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New CEO named for Saudi’s $1.3trn private sector push

Abdulaziz bin Abdulrahman Al-Arifi Supplied
Abdulaziz bin Abdulrahman Al-Arifi's appointment comes as Saudi Arabia’s government is set to deliver a budget surplus of 6.3 percent of GDP in 2022
  • Abdulaziz bin Abdulrahman Al-Arifi to lead ‘Shareek’ programme
  • Investment deals worth at least $925m signed during Q2
  • Non-oil GDP growth picked up 5.9 percent in first half of year

A new CEO has been appointed to the Private Sector Partnership Reinforcement Program which aims to facilitate investments of $1.33 trillion from Saudi private sector businesses by 2030.

Abdulaziz bin Abdulrahman Al-Arifi, advisor to the Secretariat General of the Cabinet and a former CEO of finance at Jadwa Investment, has been hired to lead the programme, better known as Shareek.

The Large Corporate Investments Committee, chaired by Crown Prince Mohammed bin Salman bin Abdulaziz, issued the decision today, according to Saudi Press Agency.

Shareek, the Arabic word for partner, aims to enhance partnership with the private sector and increase the contributions of national companies to the sustainability of the national economy.

Shareek is expected to help Saudi Arabia jump from the 18th to 15th largest economy in the world by 2030 and is managed from Riyadh under the Public Investment Fund.

Saudi’s Ministry of Investment said last month that 49 major investment deals were signed during Q2 worth at least $925 million.

A total of 4,455 investment licences were issued in Q2, a 673.4 percent increase over the 576 licences issued in Q2 2021, although they numbered less than half that of the record levels seen in Q1 (9,383).

Khalid Al-Falih, Minister of Investment, said at the time: “Despite global headwinds, we are seeing strong interest from global investors in diverse industries to partner with Saudi Arabia.”

Building, Assembly Line, Factory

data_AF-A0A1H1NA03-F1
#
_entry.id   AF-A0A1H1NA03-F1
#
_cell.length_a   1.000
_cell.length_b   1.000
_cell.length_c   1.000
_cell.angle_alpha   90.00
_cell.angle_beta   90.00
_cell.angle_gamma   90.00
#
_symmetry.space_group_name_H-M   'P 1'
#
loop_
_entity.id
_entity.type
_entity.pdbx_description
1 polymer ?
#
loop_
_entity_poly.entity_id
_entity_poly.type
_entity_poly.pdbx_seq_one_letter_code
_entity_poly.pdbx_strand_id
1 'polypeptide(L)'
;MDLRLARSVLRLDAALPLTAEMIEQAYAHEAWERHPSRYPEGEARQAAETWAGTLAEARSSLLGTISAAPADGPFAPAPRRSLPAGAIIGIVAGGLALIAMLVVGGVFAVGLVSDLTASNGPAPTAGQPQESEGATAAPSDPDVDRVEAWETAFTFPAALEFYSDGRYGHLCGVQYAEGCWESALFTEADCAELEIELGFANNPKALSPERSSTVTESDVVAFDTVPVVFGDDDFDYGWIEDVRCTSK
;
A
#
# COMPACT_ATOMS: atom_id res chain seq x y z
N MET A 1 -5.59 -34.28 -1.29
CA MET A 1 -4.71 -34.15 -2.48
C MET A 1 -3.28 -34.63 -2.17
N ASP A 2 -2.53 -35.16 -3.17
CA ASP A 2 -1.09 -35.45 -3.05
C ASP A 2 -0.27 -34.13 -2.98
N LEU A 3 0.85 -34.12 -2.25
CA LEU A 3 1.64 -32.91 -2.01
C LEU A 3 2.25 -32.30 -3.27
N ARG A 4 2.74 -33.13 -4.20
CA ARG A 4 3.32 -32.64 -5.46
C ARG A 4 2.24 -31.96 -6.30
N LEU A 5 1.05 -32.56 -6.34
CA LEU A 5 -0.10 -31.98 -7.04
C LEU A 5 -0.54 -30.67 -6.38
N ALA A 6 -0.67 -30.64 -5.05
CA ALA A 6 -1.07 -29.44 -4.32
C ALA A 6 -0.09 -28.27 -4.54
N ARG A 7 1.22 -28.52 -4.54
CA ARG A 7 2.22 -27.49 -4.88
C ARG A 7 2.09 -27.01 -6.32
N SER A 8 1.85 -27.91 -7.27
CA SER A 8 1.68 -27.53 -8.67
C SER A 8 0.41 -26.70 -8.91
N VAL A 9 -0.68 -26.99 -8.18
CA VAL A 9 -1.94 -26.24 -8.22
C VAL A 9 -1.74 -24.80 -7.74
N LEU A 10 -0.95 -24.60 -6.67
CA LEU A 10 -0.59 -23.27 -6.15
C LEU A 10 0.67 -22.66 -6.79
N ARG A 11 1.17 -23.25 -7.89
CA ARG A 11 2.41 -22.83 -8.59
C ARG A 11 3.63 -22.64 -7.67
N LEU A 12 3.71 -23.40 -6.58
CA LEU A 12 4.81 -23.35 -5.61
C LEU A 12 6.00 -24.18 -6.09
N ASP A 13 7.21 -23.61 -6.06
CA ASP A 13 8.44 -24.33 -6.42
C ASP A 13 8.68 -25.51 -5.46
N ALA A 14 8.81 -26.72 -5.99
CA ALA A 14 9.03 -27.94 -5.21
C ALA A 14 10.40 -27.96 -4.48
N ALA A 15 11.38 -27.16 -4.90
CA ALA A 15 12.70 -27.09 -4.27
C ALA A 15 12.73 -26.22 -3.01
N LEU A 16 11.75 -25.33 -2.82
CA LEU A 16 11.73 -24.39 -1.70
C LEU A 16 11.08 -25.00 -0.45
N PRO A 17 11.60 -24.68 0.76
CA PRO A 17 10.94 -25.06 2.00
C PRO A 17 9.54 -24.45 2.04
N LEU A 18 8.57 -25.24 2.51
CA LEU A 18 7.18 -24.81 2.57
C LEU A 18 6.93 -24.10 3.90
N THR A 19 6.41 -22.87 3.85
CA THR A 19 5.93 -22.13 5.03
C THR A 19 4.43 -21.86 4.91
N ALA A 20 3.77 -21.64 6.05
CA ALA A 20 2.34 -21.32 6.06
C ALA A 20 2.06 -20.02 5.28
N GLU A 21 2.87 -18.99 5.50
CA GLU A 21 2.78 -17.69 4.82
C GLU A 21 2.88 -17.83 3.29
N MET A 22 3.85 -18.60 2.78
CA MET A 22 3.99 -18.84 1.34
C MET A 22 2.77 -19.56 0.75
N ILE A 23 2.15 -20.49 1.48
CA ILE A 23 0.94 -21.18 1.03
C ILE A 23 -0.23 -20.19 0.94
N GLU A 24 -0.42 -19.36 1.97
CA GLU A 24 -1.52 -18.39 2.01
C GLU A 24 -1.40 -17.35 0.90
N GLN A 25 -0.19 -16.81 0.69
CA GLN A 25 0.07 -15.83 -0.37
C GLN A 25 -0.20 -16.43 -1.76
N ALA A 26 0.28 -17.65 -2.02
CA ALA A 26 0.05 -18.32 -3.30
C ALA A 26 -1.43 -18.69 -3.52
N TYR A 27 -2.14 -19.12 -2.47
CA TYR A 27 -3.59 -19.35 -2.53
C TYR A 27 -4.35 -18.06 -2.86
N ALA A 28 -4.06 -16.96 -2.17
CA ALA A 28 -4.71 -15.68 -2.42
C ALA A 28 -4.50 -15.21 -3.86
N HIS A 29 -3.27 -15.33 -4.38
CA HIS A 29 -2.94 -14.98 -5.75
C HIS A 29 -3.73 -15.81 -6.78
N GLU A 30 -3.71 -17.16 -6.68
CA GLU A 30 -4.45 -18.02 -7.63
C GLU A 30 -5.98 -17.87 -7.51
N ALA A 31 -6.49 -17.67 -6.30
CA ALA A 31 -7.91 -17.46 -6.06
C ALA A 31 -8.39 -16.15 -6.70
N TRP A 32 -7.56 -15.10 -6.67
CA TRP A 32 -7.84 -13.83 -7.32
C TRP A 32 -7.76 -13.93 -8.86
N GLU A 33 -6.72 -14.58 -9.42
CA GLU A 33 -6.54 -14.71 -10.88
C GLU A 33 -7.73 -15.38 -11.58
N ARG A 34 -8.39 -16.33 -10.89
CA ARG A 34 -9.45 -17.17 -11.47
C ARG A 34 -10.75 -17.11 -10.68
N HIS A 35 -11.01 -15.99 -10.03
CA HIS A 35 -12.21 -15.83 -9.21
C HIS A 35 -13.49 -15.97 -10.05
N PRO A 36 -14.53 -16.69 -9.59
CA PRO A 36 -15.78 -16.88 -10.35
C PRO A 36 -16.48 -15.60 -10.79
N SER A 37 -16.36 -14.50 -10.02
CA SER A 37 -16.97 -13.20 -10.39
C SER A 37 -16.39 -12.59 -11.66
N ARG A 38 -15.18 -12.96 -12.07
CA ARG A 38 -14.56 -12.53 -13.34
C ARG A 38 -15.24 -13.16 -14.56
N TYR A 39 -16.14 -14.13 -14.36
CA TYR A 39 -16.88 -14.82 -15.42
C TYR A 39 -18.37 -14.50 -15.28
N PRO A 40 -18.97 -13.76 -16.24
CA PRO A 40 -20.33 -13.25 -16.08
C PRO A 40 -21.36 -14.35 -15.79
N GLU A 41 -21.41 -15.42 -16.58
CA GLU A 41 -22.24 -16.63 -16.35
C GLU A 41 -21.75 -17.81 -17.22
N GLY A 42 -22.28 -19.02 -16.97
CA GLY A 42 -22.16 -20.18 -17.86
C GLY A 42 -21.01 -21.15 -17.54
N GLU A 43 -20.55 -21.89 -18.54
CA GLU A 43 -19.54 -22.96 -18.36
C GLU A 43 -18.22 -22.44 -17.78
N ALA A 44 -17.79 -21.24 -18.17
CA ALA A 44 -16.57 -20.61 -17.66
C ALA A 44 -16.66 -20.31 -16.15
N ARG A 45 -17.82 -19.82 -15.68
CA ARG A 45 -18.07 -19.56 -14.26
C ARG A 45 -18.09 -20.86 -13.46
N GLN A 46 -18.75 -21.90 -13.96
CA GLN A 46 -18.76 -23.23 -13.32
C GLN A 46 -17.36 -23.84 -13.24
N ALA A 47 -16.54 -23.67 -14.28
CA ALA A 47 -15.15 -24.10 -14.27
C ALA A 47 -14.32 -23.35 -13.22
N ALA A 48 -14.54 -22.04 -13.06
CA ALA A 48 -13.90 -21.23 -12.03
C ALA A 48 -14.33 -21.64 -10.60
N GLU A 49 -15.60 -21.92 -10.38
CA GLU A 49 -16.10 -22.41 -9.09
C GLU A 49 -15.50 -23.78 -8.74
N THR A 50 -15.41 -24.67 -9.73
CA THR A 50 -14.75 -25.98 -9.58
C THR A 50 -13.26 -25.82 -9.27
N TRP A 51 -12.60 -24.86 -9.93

Saudi non-oil sector growth includes manufacturing, retail and mining

The Crown Prince launched the programme in March 2021 and is aligned to the wider objectives of Vision 2030, including economic diversification and increasing private sector contribution to GDP to 65 percent.

Al-Arifi holds a BSc degree in business administration from the Babson College in Massachusetts, US and a master’s degree in business administration from Stanford University.

He also served as director of the treasury at the National Shipping Company (Bahri), in addition to assuming several posts at the Saudi Capital Markets Authority and his membership of boards of directors in various sectors.

The appointment comes as Saudi Arabia’s government is set to deliver a budget surplus of 6.3 percent of GDP in 2022, the first since 2013.

S&P Ratings Agency said it forecasts a further surplus of 3.5 percent in 2023 before a fall in oil prices leads to a return to deficits in 2024 and 2025.

It affirmed its A-/A-2 ratings on Saudi Arabia,with the outlook remaining positive, saying it reflects strong GDP growth and fiscal dynamics tied to the country’s emergence from the coronavirus pandemic, rising oil production, and the government’s reform programmes.

S&P analysts said in a research note that real GDP expanded by 11 percent in the first half of 2022, its highest in over a decade. 

Non-oil GDP growth picked up 5.9 percent during the same period, with mining and quarrying, wholesale and retail trade, and manufacturing leading a broad-based economic growth. 

The economy’s diversification away from oil and upstream crude production continues with the non-oil private sector accounting for well over half of GDP, significantly higher than a decade ago although much of the non-oil sector is in petrochemicals and hydrocarbon-related activities. 

However, S&P cautioned that while reform efforts have increased freedoms and jobs for women, they have struggled to create sufficient jobs for the fast-growing population.

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